Wednesday, April 13, 2011

Treatments For Spinal Arthritis In The Lower Back

Treating spinal arthritis in the lower back, or lumbar region of the spine, is usually necessary for patients experiencing mild to severe pain. No one person will experience spinal arthritis the same way as another, and treatments should be specifically tailored to provide the most effective pain relief possible in a each situation. Before exploring the types of treatments available for patients with spinal arthritis in the lower back, it can be helpful to understand how the condition can develop.

Why is the Lumbar Spine Susceptible to Arthritis?

There are more than 100 known types of arthritis. Generally speaking, arthritis involves the inflammation of one or more of the body’s joints, such as the knees, hips, fingers, and spine. The term “spinal arthritis” is often used interchangeably with “spinal osteoarthritis,” which is the most commonly diagnosed form of the degenerative disease. Spinal arthritis affects the facet joints of the spine, which are the points where individual vertebrae connect together to form a column of bones that’s able to move, bend, and twist. The facet joints give the neck and back its highly flexible characteristics, allowing us to turn in many directions without a problem.

The lumbar region (in the lower back) endures extreme stress throughout our lifetimes, as it is responsible for supporting the upper body weight, as well as maintaining a high level of motion. It is due to this stress and the effects of the normal aging process that spinal arthritis in the lower back can develop.

How Does Lumbar Spinal Arthritis Form?

The condition is characterized by the breakdown of the cartilage that covers the facet joints. Cartilage in the body dehydrates progressively over time and can wear away. This protective lining of the facet joints can wear away enough to not only uncover raw bone, but also to irritate the medial branch nerves that carry pain signals into facet joints. Nerve irritation, coupled with bone-on-bone friction, can cause symptoms of pain, inflammation, stiffness, and tenderness that affect the lower back.

Additionally, the rubbing of raw bone can cause osteophytes, or bone spurs, to develop. While these bony nodules are not painful in and of themselves, they may possibly impinge the spinal cord or a nerve root. Nerve impingement in the lower back typically presents with symptoms of localized pain, as well as radiating pain, tingling, numbness, and weakness through the lower back, hips, buttocks, legs, and feet.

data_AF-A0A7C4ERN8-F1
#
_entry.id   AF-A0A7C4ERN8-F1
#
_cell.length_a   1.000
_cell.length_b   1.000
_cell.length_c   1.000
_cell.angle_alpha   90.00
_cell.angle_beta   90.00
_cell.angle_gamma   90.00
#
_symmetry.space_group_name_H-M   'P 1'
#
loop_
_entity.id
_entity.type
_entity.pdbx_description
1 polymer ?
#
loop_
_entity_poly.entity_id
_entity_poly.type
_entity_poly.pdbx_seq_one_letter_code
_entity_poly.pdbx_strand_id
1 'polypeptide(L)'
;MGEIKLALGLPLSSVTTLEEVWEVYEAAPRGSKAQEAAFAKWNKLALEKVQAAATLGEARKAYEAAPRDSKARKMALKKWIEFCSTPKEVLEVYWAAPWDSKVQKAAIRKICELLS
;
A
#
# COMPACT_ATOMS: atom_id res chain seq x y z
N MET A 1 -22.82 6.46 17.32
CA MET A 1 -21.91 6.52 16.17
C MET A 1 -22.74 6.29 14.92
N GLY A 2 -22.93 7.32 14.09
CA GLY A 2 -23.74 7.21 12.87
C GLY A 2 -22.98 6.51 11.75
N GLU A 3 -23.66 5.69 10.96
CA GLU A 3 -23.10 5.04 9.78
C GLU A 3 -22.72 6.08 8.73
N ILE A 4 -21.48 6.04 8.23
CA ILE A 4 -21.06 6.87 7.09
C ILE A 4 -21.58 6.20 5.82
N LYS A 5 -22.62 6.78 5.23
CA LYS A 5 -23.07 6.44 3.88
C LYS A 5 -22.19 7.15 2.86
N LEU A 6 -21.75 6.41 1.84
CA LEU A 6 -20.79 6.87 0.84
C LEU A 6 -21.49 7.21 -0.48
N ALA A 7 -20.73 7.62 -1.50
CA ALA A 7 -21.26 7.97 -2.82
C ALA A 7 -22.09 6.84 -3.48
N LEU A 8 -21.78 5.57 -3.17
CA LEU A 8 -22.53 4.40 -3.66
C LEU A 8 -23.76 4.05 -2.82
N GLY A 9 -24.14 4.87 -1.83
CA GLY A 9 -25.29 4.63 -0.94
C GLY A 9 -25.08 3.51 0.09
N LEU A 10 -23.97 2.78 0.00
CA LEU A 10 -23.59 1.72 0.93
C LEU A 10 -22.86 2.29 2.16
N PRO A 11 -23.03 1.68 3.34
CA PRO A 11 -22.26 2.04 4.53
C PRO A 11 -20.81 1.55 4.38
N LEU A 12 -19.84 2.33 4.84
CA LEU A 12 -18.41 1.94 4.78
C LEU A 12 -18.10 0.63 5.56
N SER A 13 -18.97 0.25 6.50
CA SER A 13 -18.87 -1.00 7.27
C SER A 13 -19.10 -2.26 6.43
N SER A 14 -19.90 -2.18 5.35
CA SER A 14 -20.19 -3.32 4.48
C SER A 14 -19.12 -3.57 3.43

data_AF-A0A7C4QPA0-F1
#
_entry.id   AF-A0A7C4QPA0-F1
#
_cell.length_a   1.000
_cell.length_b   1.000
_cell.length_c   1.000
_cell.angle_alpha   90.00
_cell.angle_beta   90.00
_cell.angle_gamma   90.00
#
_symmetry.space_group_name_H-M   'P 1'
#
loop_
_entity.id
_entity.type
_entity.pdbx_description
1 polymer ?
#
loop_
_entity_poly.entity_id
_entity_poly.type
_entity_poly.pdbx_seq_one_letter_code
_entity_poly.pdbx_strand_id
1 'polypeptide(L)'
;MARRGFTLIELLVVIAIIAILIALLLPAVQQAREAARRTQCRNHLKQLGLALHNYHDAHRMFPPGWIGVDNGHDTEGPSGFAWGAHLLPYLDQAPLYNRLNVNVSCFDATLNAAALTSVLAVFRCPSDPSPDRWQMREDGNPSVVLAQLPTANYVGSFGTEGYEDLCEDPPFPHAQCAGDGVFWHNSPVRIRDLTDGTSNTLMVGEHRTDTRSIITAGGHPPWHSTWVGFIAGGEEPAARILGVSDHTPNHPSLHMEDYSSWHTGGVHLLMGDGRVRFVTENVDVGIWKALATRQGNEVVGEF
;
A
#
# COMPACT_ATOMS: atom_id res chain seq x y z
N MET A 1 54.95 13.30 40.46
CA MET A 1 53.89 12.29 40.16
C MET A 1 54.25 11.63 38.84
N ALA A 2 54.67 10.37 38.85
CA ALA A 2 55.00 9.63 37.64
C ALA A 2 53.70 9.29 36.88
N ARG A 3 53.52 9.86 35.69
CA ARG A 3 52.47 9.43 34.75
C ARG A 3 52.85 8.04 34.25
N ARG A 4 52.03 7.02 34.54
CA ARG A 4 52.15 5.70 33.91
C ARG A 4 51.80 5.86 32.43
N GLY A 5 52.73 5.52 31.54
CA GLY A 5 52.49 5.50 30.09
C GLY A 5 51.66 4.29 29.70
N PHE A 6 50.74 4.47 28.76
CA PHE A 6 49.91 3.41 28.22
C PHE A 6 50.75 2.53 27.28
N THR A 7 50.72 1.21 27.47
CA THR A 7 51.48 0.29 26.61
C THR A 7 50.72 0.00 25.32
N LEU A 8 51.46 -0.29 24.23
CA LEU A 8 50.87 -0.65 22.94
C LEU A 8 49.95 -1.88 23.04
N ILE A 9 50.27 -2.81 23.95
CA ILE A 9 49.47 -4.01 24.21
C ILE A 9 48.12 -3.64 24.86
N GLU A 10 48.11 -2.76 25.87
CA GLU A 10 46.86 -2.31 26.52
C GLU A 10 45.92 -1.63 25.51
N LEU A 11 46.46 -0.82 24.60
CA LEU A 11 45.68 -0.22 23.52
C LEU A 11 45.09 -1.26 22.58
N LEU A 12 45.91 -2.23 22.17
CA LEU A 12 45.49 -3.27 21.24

Treatment Methods

Spinal arthritis in the lower back should be properly diagnosed by a doctor or spine specialist before any treatment plan is implemented, as the symptoms of the condition can often be confused with a number of other spinal or general health issues. Furthermore, treatments will likely vary based on the patient’s age and overall physical condition, as well as which lumbar joints are affected and how severe symptoms are. Once lumbar spinal arthritis has been diagnosed, a doctor may recommend one or more of the following conservative (non-surgical) treatment methods:

• Non-steroidal anti-inflammatory drugs
• Physical therapy
• Hot/cold therapy
• Low-impact exercises
• Stretching
• Strength training
• Activity and behavior modification
• Corticosteroid facet joint injections

In most cases, these conservative treatments can provide sufficient pain relief. However, patients whose symptoms do not respond to such methods may then be asked to consider surgery. Fortunately, surgery is rarely required to treat spinal arthritis in the lower back. Furthermore, there are a variety of outpatient endoscopic procedures available to treat spinal osteoarthritis, and these minimally invasive procedures provide many patients with long-term symptom relief in a matter of hours.

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